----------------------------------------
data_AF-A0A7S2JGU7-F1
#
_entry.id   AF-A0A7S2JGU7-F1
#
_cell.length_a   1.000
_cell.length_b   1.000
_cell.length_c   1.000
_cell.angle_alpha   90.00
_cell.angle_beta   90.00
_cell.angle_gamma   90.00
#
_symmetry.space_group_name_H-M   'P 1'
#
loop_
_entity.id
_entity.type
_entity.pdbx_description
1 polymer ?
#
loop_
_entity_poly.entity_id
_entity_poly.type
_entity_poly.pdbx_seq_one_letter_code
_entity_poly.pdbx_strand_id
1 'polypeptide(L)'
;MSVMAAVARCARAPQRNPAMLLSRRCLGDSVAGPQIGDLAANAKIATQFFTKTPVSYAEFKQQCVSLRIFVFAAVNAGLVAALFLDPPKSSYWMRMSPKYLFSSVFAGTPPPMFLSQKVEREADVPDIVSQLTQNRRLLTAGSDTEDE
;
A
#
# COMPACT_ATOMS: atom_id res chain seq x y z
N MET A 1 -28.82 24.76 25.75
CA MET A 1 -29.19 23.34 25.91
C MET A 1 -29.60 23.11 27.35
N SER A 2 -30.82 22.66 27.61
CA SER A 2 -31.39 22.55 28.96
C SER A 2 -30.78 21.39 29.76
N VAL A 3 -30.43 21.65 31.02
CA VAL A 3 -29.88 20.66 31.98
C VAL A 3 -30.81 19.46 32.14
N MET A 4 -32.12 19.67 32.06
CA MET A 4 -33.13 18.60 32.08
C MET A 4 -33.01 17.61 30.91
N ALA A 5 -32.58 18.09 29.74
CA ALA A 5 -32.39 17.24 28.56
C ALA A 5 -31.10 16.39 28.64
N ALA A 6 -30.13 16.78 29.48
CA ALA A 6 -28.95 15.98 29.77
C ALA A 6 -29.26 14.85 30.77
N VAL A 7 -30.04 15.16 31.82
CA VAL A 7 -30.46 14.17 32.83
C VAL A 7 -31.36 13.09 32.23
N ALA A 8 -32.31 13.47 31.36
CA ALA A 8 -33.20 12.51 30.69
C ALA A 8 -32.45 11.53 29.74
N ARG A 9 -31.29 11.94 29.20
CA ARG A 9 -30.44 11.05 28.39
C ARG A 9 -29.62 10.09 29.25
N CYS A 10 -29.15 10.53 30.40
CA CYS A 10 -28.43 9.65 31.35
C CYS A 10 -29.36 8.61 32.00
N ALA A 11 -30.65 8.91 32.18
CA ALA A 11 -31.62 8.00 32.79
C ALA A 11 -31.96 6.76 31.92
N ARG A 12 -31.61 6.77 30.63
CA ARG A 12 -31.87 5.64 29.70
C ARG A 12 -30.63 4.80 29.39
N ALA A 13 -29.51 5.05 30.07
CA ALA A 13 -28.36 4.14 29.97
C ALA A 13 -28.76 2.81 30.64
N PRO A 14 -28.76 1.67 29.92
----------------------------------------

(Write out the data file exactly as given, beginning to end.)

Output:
data_AF-A0A7S2JGU7-F1
#
_entry.id   AF-A0A7S2JGU7-F1
#
_cell.length_a   1.000
_cell.length_b   1.000
_cell.length_c   1.000
_cell.angle_alpha   90.00
_cell.angle_beta   90.00
_cell.angle_gamma   90.00
#
_symmetry.space_group_name_H-M   'P 1'
#
loop_
_entity.id
_entity.type
_entity.pdbx_description
1 polymer ?
#
loop_
_entity_poly.entity_id
_entity_poly.type
_entity_poly.pdbx_seq_one_letter_code
_entity_poly.pdbx_strand_id
1 'polypeptide(L)'
;MSVMAAVARCARAPQRNPAMLLSRRCLGDSVAGPQIGDLAANAKIATQFFTKTPVSYAEFKQQCVSLRIFVFAAVNAGLVAALFLDPPKSSYWMRMSPKYLFSSVFAGTPPPMFLSQKVEREADVPDIVSQLTQNRRLLTAGSDTEDE
;
A
#
# COMPACT_ATOMS: atom_id res chain seq x y z
N MET A 1 -28.82 24.76 25.75
CA MET A 1 -29.19 23.34 25.91
C MET A 1 -29.60 23.11 27.35
N SER A 2 -30.82 22.66 27.61
CA SER A 2 -31.39 22.55 28.96
C SER A 2 -30.78 21.39 29.76
N VAL A 3 -30.43 21.65 31.02
CA VAL A 3 -29.88 20.66 31.98
C VAL A 3 -30.81 19.46 32.14
N MET A 4 -32.12 19.67 32.06
CA MET A 4 -33.13 18.60 32.08
C MET A 4 -33.01 17.61 30.91
N ALA A 5 -32.58 18.09 29.74
CA ALA A 5 -32.39 17.24 28.56
C ALA A 5 -31.10 16.39 28.64
N ALA A 6 -30.13 16.78 29.48
CA ALA A 6 -28.95 15.98 29.77
C ALA A 6 -29.26 14.85 30.77
N VAL A 7 -30.04 15.16 31.82
CA VAL A 7 -30.46 14.17 32.83
C VAL A 7 -31.36 13.09 32.23
N ALA A 8 -32.31 13.47 31.36
CA ALA A 8 -33.20 12.51 30.69
C ALA A 8 -32.45 11.53 29.74
N ARG A 9 -31.29 11.94 29.20
CA ARG A 9 -30.44 11.05 28.39
C ARG A 9 -29.62 10.09 29.25
N CYS A 10 -29.15 10.53 30.40
CA CYS A 10 -28.43 9.65 31.35
C CYS A 10 -29.36 8.61 32.00
N ALA A 11 -30.65 8.91 32.18
CA ALA A 11 -31.62 8.00 32.79
C ALA A 11 -31.96 6.76 31.92
N ARG A 12 -31.61 6.77 30.63
CA ARG A 12 -31.87 5.64 29.70
C ARG A 12 -30.63 4.80 29.39
N ALA A 13 -29.51 5.05 30.07
CA ALA A 13 -28.36 4.14 29.97
C ALA A 13 -28.76 2.81 30.64
N PRO A 14 -28.76 1.67 29.92